Ahh, we all know there’s nothing like a nice cup of tea. Whether we need to zip up our energy, to slow it down, need some liquid encouragement or solace, treat ourselves to a solo brew, or enjoy the comradeship of sharing a pot, tea has become unique in its status of Britain’s beverage backbone.
Except, as Victoria Wood discovered in last night’s programme, it’s not really British at all, as she went on a big jaunt up the rivers of rural China, quickly escaping from Starbucks in Shanghai for something a bit more exotic, and across the fields of Assam in Northern India.
Victoria Wood with a British cup of tea, except it's not as home-grown as it appears
Because tea is so central so many of our lives, the history of it was fascinating, right back from the 17th century, when China was the only place possible to brew up. Even the arty bits where all sorts of green, black, white teas were being compared was more interesting than it would have been, say, five years ago, due to Brits’ belated understanding that ‘tea’ is, in fact, ‘teas’.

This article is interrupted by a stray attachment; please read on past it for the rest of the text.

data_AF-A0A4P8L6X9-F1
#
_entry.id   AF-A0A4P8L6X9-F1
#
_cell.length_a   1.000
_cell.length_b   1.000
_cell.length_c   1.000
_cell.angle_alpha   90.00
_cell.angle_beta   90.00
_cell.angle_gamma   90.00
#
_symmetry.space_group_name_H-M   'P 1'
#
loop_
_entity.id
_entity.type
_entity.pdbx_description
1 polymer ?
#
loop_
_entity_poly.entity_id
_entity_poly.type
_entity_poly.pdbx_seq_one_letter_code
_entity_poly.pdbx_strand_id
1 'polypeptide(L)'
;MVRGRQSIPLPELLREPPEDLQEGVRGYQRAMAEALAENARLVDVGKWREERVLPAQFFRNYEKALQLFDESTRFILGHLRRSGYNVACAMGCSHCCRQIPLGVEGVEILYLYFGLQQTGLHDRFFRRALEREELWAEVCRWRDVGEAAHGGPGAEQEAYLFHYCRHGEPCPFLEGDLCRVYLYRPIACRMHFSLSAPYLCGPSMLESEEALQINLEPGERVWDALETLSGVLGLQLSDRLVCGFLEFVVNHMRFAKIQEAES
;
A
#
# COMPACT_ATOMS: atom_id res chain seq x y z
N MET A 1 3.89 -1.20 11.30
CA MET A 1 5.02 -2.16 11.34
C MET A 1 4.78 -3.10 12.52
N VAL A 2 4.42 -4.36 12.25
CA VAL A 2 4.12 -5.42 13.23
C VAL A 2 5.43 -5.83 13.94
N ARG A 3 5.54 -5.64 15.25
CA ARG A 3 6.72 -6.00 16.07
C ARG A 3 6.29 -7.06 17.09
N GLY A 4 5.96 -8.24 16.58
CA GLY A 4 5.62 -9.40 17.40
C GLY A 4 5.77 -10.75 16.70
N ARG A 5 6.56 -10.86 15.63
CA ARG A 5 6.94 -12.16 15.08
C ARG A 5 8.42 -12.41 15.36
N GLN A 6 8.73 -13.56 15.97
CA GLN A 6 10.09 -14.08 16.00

Into the 18th century, and you only have to imagine a day without a cuppa to share in the excitement as the tea clippers sailed into London's docks, as well as the china from China.
Wood proved a very relaxed presenter, at times almost yawning her way through some of her piece-to-cameras. Occasionally, she forgot to play it straight, almost falling into character from one of her catalogue of hit shows. But she’s still got the killer one-liner - I loved “there’s an elephant in the room... literally”, as a big grey giant appeared on cue.
Frankly, though, a lot of people could have presented this show, and it would have been interesting. Tea is the most popular drink in the world after water, and definitely worthy of this telly visit. Right, time to put the kettle on, even if it turns out my brew won’t be quite as British as Clarissa Dickson-Wright - lovely, too, to see her again on the box.
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